The Last Leonardo: The Secret Lives of the World’s Most Expensive Painting by Ben Lewis is a non-fiction book about Leonardo da Vinci’s small oil painting the Salvator Mundi, sold at auction for $450 million. Mr. Lewis in an author, documentary filmmaker and an art critic.
- 384 pages
- Publisher: Ballantine Books
- Language: English
- ISBN-10: 1984819259
This book popped up on my reading radar a day or two after the famous Sotheby’s auction where the painting the Salvator Mundi, attributed to Leonardo da Vinci sold for a record amount of $450 million. Frankly, I don’t see it – but what do I know.
The Last Leonardo: The Secret Lives of the World’s Most Expensive Painting by Ben Lewis goes to tell about the world of obscene art prices that is invisible to a layman like myself. The fine art culture, where works are used for joy, investments, risk, park money, or bragging rights.
Mr. Lewis raises questions about the backstory and authenticity of the painting, while informing the reader about its historical status. At the crux of the matter is whether or not the painting is actually by the famous Renaissance master, or by someone in his shop. Experts must gather evidence, use detective skills, and their in depth knowledge of art, art history, and painting personality of the artist involved. There is, of course, the matter of an unknown variable which many art experts believe distinguish them from the rest , they can simply “tell” if a masterpiece can be attributed to a certain master.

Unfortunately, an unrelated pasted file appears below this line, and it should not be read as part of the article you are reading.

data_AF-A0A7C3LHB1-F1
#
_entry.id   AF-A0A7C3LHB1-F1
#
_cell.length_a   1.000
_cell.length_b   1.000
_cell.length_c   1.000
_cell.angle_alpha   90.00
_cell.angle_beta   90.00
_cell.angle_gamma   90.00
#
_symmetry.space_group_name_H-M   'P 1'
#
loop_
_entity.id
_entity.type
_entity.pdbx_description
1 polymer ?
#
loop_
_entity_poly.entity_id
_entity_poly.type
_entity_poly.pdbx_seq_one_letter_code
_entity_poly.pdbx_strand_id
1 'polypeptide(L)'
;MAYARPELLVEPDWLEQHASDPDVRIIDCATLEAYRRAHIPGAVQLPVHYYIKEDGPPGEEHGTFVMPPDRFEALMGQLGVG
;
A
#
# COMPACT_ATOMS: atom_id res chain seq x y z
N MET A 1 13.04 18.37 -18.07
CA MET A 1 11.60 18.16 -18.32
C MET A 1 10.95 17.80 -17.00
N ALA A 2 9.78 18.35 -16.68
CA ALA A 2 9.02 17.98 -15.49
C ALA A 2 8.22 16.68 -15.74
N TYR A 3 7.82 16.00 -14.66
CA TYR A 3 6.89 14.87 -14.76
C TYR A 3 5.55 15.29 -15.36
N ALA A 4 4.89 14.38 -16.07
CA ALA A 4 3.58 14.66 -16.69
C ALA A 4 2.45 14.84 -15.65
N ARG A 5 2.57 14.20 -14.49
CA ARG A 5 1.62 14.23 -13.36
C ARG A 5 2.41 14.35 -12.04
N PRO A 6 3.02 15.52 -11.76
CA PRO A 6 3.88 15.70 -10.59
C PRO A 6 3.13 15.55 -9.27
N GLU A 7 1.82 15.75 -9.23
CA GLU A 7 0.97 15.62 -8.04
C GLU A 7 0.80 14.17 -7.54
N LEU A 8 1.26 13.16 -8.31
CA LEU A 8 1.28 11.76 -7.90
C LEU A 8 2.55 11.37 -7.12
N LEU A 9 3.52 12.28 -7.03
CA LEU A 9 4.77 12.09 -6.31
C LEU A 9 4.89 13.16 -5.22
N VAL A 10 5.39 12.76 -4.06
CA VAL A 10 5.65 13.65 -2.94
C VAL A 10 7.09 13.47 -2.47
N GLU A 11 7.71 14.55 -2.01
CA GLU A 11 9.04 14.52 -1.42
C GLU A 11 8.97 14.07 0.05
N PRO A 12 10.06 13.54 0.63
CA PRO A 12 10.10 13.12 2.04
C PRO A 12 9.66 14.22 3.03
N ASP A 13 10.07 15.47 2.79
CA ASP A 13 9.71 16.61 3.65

But rest assured, it gets much more complicated, as the author states “attributions to Leonardo can be driven by personal connections, professional networks and rivalries, academic ambitions, and financial interests”. While not surprising, it’s mind blowing that this type of pettiness (for lack of a better word) plays a part in such an analysis that could make an object’s value move in the millions of dollars.
This book is well written, expertly researched, and very informative. As I mentioned, I’m not much an a fine art connoisseur, but the narrative held my interest from beginning to end.
Zohar — Man of la Book
Disclaimer: I got this book for free.
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